Former House Speaker Hastert Faces Federal Indictment
By aaroncynic in News on May 29, 2015 12:15AM
Federal prosecutors indicted former Speaker of the House Dennis Hastert for violating banking laws and lying to the FBI on Thursday. According to the 7-page indictment, first published by Buzzfeed, the former speaker and Illinois politician, who now works as a lobbyist in Washington D.C., agreed to provide an unnamed individual he has known for most of his life with $3.5 million in order to “compensate for and conceal prior misconduct.”
From 2010 to 2014, Hastert withdrew a total of $1.7 million in cash from various bank accounts he controlled to provide funds to the individual. From June of 2010 through April 2012, he made 15 withdrawals of $50,000 in cash from accounts at three different banks, and supplied that money to the unnamed individual every six weeks.
As federal regulations require reports on transactions involving more than $10,000, that caught the attention of bank representatives, who questioned Hastert. He then began making cash withdrawals of under $10,000, and paid that money out in increments of $100,000 at prearranged meetings.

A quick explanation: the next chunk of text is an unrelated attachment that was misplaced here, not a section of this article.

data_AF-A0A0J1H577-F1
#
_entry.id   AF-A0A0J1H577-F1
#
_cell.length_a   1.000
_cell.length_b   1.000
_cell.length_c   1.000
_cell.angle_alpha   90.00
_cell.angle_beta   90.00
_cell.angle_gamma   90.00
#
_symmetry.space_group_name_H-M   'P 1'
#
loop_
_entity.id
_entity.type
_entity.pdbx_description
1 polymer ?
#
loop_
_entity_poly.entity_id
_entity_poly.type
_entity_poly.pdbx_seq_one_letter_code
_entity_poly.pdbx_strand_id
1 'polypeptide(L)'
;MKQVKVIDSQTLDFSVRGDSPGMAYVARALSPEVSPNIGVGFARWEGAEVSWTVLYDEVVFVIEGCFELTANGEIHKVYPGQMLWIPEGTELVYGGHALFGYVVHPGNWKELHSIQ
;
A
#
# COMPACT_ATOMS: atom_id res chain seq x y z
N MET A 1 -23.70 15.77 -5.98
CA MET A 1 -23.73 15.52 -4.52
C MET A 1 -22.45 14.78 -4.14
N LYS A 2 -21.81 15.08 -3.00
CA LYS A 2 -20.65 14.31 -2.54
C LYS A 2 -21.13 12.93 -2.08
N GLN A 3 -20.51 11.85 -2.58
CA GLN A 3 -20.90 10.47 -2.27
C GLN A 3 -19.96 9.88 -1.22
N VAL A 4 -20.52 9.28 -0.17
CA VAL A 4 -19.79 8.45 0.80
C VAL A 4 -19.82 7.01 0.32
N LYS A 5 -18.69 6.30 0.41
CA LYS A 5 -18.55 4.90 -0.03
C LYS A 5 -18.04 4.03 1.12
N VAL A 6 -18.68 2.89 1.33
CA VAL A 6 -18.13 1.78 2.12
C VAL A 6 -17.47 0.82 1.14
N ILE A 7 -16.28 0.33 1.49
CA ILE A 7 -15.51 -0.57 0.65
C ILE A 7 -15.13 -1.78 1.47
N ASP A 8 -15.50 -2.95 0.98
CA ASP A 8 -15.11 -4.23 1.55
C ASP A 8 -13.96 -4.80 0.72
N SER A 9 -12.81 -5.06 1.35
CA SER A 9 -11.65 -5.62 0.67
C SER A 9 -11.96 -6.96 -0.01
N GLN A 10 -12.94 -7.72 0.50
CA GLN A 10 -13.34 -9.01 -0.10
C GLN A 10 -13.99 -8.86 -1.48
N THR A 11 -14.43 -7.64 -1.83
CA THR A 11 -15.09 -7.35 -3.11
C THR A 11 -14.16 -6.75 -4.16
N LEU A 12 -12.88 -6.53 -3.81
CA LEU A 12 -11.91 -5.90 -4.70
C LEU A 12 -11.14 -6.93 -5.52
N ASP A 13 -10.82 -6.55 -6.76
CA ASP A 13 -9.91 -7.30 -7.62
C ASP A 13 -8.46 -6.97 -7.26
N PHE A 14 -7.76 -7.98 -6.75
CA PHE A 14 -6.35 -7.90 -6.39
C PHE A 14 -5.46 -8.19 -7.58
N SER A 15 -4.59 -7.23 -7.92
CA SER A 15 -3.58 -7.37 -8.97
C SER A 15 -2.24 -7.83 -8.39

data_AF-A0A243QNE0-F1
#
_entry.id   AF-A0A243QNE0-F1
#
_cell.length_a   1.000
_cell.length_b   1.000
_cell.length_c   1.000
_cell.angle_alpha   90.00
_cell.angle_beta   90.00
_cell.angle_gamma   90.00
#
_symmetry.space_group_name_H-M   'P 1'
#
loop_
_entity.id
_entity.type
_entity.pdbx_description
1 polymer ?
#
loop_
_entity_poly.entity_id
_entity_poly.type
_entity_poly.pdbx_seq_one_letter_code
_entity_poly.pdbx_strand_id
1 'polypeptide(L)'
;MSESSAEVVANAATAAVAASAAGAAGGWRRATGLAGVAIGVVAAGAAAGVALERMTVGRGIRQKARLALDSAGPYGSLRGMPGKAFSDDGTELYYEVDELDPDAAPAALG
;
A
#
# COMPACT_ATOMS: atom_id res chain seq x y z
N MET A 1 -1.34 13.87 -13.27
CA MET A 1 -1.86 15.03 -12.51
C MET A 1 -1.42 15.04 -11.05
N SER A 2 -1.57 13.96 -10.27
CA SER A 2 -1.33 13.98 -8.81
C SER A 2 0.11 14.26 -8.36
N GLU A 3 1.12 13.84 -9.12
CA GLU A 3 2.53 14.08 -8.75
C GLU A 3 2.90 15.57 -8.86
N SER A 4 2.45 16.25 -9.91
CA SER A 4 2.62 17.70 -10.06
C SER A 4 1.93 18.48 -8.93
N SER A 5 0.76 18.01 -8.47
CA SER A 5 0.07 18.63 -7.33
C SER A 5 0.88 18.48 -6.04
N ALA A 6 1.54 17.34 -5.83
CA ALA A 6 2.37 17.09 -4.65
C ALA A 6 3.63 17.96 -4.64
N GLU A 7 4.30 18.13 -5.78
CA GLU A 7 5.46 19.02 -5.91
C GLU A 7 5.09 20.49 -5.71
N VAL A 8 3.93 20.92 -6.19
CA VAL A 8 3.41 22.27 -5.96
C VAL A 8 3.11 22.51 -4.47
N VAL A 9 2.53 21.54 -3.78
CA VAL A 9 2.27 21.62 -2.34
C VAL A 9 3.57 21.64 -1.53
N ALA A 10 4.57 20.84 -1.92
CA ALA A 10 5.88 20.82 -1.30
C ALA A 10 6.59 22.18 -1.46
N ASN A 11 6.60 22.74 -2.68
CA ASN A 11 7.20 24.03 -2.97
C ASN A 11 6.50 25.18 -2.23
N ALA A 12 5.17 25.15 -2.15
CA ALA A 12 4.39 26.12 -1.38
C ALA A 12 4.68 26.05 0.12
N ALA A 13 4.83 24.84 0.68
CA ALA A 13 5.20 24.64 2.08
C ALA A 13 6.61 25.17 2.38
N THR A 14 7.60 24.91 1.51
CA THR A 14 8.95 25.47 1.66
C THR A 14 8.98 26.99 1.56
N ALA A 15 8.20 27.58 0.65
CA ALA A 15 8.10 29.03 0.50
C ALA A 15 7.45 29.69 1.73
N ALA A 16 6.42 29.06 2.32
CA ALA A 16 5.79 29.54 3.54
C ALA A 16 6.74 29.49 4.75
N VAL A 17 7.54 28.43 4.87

According to the indictment, after being questioned by the FBI, Hastert told agents he wasn’t comfortable with the banking system, saying “yeah, I took the cash that’s what I’ve been doing.”
Hastert, 73, served in the House of Representatives for two decades, and was elected speaker after Newt Gingrich. He retired in 2007.
While the indictment doesn’t say what misconduct Hastert was trying to cover up with the money, it does note his career as a high school teacher and wrestling coach in Yorkville from 1965 to 1981, along with his status as a lobbyist from 2008 to the present.
Hastert joins an increasingly long line of Illinois politicians to face indictments and allegations of criminal behavior. The state has seen three Governors serve prison time since the 80’s, the most recent being former Governor Rod Blagogevich. Two state representatives were convicted of crimes last year, and earlier this year, Representative Aaron Schock resigned his post amidst controversy regarding the spending of campaign and taxpayer dollars. The timing of Hastert's news couldn't be more appropriate considering a report by the University of Illinois at Chicago was released today that names Chicago the "most corrupt city in the nation."